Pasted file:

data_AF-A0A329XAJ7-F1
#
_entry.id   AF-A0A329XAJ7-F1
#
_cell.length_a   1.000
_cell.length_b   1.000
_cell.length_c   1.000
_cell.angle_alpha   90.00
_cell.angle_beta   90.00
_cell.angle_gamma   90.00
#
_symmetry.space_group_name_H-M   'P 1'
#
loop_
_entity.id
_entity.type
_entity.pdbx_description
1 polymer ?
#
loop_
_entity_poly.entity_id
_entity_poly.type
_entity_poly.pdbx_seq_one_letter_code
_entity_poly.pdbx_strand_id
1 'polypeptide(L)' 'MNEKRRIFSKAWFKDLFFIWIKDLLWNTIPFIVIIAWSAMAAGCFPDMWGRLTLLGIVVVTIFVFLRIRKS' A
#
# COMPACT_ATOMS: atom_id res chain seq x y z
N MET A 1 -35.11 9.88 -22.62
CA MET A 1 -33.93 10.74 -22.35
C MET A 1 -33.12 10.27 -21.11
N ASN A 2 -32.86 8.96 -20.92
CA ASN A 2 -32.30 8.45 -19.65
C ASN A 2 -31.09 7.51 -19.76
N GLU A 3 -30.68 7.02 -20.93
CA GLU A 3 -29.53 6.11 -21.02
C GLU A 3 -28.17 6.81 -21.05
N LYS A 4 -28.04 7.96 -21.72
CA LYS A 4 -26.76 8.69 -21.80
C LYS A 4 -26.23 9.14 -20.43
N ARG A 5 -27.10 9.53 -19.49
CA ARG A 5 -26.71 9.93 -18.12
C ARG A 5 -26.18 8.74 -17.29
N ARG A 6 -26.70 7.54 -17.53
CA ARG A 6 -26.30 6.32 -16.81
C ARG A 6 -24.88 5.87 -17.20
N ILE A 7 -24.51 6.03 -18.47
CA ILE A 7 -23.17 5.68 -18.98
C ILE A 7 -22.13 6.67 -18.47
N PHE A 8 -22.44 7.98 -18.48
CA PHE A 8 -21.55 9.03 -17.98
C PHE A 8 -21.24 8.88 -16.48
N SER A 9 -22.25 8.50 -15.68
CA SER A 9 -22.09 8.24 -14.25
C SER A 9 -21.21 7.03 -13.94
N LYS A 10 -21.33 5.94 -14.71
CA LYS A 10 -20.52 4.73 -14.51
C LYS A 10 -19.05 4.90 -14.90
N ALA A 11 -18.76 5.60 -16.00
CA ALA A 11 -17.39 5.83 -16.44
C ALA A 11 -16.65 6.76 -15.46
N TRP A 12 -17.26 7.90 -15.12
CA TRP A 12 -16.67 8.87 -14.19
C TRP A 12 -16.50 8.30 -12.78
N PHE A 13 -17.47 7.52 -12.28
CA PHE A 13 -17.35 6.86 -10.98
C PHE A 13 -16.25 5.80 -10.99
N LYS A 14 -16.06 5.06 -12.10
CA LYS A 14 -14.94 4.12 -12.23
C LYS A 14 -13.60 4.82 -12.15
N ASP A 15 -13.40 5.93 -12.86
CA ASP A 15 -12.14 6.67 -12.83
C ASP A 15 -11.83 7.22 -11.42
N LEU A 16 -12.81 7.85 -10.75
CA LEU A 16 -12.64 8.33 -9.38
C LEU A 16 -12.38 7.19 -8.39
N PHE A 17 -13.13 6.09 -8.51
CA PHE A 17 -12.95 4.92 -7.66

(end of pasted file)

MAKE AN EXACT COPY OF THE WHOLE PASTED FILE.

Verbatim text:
data_AF-A0A329XAJ7-F1
#
_entry.id   AF-A0A329XAJ7-F1
#
_cell.length_a   1.000
_cell.length_b   1.000
_cell.length_c   1.000
_cell.angle_alpha   90.00
_cell.angle_beta   90.00
_cell.angle_gamma   90.00
#
_symmetry.space_group_name_H-M   'P 1'
#
loop_
_entity.id
_entity.type
_entity.pdbx_description
1 polymer ?
#
loop_
_entity_poly.entity_id
_entity_poly.type
_entity_poly.pdbx_seq_one_letter_code
_entity_poly.pdbx_strand_id
1 'polypeptide(L)' 'MNEKRRIFSKAWFKDLFFIWIKDLLWNTIPFIVIIAWSAMAAGCFPDMWGRLTLLGIVVVTIFVFLRIRKS' A
#
# COMPACT_ATOMS: atom_id res chain seq x y z
N MET A 1 -35.11 9.88 -22.62
CA MET A 1 -33.93 10.74 -22.35
C MET A 1 -33.12 10.27 -21.11
N ASN A 2 -32.86 8.96 -20.92
CA ASN A 2 -32.30 8.45 -19.65
C ASN A 2 -31.09 7.51 -19.76
N GLU A 3 -30.68 7.02 -20.93
CA GLU A 3 -29.53 6.11 -21.02
C GLU A 3 -28.17 6.81 -21.05
N LYS A 4 -28.04 7.96 -21.72
CA LYS A 4 -26.76 8.69 -21.80
C LYS A 4 -26.23 9.14 -20.43
N ARG A 5 -27.10 9.53 -19.49
CA ARG A 5 -26.71 9.93 -18.12
C ARG A 5 -26.18 8.74 -17.29
N ARG A 6 -26.70 7.54 -17.53
CA ARG A 6 -26.30 6.32 -16.81
C ARG A 6 -24.88 5.87 -17.20
N ILE A 7 -24.51 6.03 -18.47
CA ILE A 7 -23.17 5.68 -18.98
C ILE A 7 -22.13 6.67 -18.47
N PHE A 8 -22.44 7.98 -18.48
CA PHE A 8 -21.55 9.03 -17.98
C PHE A 8 -21.24 8.88 -16.48
N SER A 9 -22.25 8.50 -15.68
CA SER A 9 -22.09 8.24 -14.25
C SER A 9 -21.21 7.03 -13.94
N LYS A 10 -21.33 5.94 -14.71
CA LYS A 10 -20.52 4.73 -14.51
C LYS A 10 -19.05 4.90 -14.90
N ALA A 11 -18.76 5.60 -16.00
CA ALA A 11 -17.39 5.83 -16.44
C ALA A 11 -16.65 6.76 -15.46
N TRP A 12 -17.26 7.90 -15.12
CA TRP A 12 -16.67 8.87 -14.19
C TRP A 12 -16.50 8.30 -12.78
N PHE A 13 -17.47 7.52 -12.28
CA PHE A 13 -17.35 6.86 -10.98
C PHE A 13 -16.25 5.80 -10.99
N LYS A 14 -16.06 5.06 -12.10
CA LYS A 14 -14.94 4.12 -12.23
C LYS A 14 -13.60 4.82 -12.15
N ASP A 15 -13.40 5.93 -12.86
CA ASP A 15 -12.14 6.67 -12.83
C ASP A 15 -11.83 7.22 -11.42
N LEU A 16 -12.81 7.85 -10.75
CA LEU A 16 -12.64 8.33 -9.38
C LEU A 16 -12.38 7.19 -8.39
N PHE A 17 -13.13 6.09 -8.51
CA PHE A 17 -12.95 4.92 -7.66